OSHRC Docket No. 12-0097













Melanie L. Paul, Attorney; Stanley E. Keen, Regional Solicitor; Christopher D. Helms, Counsel; M. Patricia Smith, Solicitor of Labor; U.S. Department of Labor, Atlanta, GA

                                    For the Complainant

David J. Garrett, Nexsen Pruet, PLLC, Raleigh, NC; Glenn Boone, Federal Construction Group, Spring Lake, NC Footnote

                        For the Respondent



Before: ROGERS, Chairman; ATTWOOD, Commissioner.


            On August 27, 2012, Administrative Law Judge Keith E. Bell issued a Decision and Order affirming a citation issued by the Occupational Safety and Health Administration (“OSHA”) to Federal Construction Group (“FCG”). FCG filed a Petition for Discretionary Review challenging that decision on several grounds, including that the judge allegedly engaged in a “private conversation” over lunch on the first day of the hearing with the OSHA compliance officer who conducted the inspection on which the citation was based and also testified at the hearing. FCG claims that this conversation constitutes an ex parte communication in violation of Commission Rule 105(a), 29 C.F.R. § 2200.105(a). Footnote See 5 U.S.C. § 551(14) (definition of ex parte communication under Administrative Procedure Act); § 557(d)(1) (identifying prohibited ex parte communications). For the following reasons, we remand the case to the judge for further proceedings.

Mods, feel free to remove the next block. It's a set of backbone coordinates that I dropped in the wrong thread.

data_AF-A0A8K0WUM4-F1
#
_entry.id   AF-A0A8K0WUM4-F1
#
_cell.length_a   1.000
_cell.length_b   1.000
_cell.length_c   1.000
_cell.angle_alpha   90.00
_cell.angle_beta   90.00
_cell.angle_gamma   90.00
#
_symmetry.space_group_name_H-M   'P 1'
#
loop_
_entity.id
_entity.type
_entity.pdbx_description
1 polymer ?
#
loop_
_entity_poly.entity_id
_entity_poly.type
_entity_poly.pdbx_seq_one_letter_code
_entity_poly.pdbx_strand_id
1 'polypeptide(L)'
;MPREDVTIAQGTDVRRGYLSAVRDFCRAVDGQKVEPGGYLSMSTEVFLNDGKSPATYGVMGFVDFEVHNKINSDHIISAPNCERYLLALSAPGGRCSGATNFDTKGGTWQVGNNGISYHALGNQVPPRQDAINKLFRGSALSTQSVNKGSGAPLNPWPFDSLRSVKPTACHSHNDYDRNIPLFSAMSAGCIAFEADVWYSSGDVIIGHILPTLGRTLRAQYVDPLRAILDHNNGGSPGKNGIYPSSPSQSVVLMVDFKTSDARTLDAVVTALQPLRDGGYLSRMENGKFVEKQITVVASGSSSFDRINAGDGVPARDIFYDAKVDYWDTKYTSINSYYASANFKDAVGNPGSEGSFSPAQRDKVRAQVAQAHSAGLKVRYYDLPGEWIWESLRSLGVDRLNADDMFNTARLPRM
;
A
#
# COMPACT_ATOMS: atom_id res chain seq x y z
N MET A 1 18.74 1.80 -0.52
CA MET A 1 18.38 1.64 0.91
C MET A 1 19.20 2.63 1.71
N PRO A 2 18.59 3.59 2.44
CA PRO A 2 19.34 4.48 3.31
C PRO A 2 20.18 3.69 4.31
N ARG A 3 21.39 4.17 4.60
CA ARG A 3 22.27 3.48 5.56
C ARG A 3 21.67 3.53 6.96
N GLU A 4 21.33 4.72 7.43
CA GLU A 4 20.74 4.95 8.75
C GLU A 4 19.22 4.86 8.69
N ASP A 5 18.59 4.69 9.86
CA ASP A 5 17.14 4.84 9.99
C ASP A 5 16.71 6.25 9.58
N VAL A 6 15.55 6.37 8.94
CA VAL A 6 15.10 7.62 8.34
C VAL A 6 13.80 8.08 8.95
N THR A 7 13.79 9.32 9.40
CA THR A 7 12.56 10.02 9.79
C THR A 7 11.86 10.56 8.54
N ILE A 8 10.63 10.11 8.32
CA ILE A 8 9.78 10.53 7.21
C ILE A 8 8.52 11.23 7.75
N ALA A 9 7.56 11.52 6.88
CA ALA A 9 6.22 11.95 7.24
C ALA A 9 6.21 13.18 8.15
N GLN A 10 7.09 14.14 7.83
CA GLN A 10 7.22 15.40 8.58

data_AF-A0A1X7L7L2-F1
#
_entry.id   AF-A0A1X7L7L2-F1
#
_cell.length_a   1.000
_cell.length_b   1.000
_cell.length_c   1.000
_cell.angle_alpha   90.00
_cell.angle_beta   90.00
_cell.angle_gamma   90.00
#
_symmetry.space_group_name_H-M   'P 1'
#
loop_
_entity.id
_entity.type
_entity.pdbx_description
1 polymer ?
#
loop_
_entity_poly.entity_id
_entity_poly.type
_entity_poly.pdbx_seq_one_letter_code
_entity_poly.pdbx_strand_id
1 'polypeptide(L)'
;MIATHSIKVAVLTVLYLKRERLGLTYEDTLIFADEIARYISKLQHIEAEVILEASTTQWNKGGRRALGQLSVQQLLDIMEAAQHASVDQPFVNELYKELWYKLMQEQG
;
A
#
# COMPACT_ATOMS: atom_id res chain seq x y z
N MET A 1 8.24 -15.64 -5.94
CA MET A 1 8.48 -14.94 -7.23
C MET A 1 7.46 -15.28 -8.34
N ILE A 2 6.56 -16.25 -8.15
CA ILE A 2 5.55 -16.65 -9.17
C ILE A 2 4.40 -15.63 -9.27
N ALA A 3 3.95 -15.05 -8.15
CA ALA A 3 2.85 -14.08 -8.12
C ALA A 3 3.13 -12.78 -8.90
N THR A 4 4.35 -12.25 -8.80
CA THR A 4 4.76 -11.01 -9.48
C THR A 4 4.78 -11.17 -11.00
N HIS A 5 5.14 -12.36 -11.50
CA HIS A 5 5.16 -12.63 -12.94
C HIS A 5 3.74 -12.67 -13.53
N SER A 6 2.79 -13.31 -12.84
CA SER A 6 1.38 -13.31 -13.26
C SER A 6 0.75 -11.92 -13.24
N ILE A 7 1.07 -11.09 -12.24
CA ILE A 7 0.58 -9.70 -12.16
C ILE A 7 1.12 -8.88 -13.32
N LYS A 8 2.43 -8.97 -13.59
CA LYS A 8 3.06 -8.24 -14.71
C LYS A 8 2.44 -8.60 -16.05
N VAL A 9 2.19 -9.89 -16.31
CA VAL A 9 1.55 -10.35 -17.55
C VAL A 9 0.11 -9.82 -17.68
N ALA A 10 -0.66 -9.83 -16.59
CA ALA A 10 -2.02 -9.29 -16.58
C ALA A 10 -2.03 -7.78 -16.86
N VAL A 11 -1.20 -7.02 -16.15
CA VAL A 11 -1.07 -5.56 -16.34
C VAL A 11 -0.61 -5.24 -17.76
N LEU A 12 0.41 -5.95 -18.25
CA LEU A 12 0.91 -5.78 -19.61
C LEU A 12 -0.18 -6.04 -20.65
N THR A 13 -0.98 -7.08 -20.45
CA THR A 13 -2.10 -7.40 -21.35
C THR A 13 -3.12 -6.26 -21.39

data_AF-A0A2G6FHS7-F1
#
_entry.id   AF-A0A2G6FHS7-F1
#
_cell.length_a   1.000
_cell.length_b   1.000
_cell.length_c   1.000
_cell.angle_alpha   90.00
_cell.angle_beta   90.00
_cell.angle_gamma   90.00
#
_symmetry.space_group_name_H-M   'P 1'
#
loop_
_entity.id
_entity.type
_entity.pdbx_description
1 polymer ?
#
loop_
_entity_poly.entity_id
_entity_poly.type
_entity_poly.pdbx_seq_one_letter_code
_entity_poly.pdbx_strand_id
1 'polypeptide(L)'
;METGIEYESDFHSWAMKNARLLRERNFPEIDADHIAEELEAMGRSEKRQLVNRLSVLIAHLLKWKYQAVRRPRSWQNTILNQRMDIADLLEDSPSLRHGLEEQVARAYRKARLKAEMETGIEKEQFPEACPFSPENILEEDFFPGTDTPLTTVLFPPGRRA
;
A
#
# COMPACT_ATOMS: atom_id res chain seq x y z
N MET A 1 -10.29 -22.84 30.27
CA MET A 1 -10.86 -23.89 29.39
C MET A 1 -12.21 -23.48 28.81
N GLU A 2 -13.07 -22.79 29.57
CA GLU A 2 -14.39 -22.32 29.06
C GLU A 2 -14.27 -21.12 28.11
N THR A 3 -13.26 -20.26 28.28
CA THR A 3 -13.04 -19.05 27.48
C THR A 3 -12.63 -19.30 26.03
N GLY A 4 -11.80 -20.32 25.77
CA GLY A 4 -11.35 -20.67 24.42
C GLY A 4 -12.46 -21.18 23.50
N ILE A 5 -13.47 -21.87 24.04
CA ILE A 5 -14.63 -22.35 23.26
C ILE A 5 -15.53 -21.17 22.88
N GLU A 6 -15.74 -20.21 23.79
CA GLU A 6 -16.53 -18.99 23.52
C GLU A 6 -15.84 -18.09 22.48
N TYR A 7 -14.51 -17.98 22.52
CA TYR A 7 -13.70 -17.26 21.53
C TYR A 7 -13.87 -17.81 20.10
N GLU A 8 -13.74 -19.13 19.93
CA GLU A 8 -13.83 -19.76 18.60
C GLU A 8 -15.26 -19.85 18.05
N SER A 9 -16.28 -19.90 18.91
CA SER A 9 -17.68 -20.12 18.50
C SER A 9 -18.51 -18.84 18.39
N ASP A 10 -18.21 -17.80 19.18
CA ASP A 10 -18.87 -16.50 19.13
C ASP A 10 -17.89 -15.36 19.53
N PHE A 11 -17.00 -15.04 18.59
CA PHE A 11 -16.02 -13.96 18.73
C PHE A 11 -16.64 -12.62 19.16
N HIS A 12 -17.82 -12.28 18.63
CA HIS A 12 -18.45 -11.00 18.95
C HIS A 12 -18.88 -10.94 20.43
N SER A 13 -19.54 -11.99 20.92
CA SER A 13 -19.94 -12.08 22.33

The Commission has a procedure under Commission Rule 68(b), 29 C.F.R. §2200.68(b), for raising claims of this nature, and that procedure—which FCG did not follow here—requires a party seeking the disqualification of a judge to promptly file an affidavit detailing the grounds for its request with the judge before a decision is filed. Footnote See 5 U.S.C. §556(b) (filing of timely and sufficient affidavit for disqualification); Nova Group/Tutor-Saliba, 23 BNA OSHC 1933, 1935 n.3, 2012 CCH OSHD ¶ 33,225, p. 55,998 n.3 (No. 10-0264, 2012). Because FCG’s petition asserting its claim was filed after the judge’s decision was docketed with the Commission, the judge had no opportunity to address the company’s allegation while the case was still before him and determine what relief, if any, may be appropriate.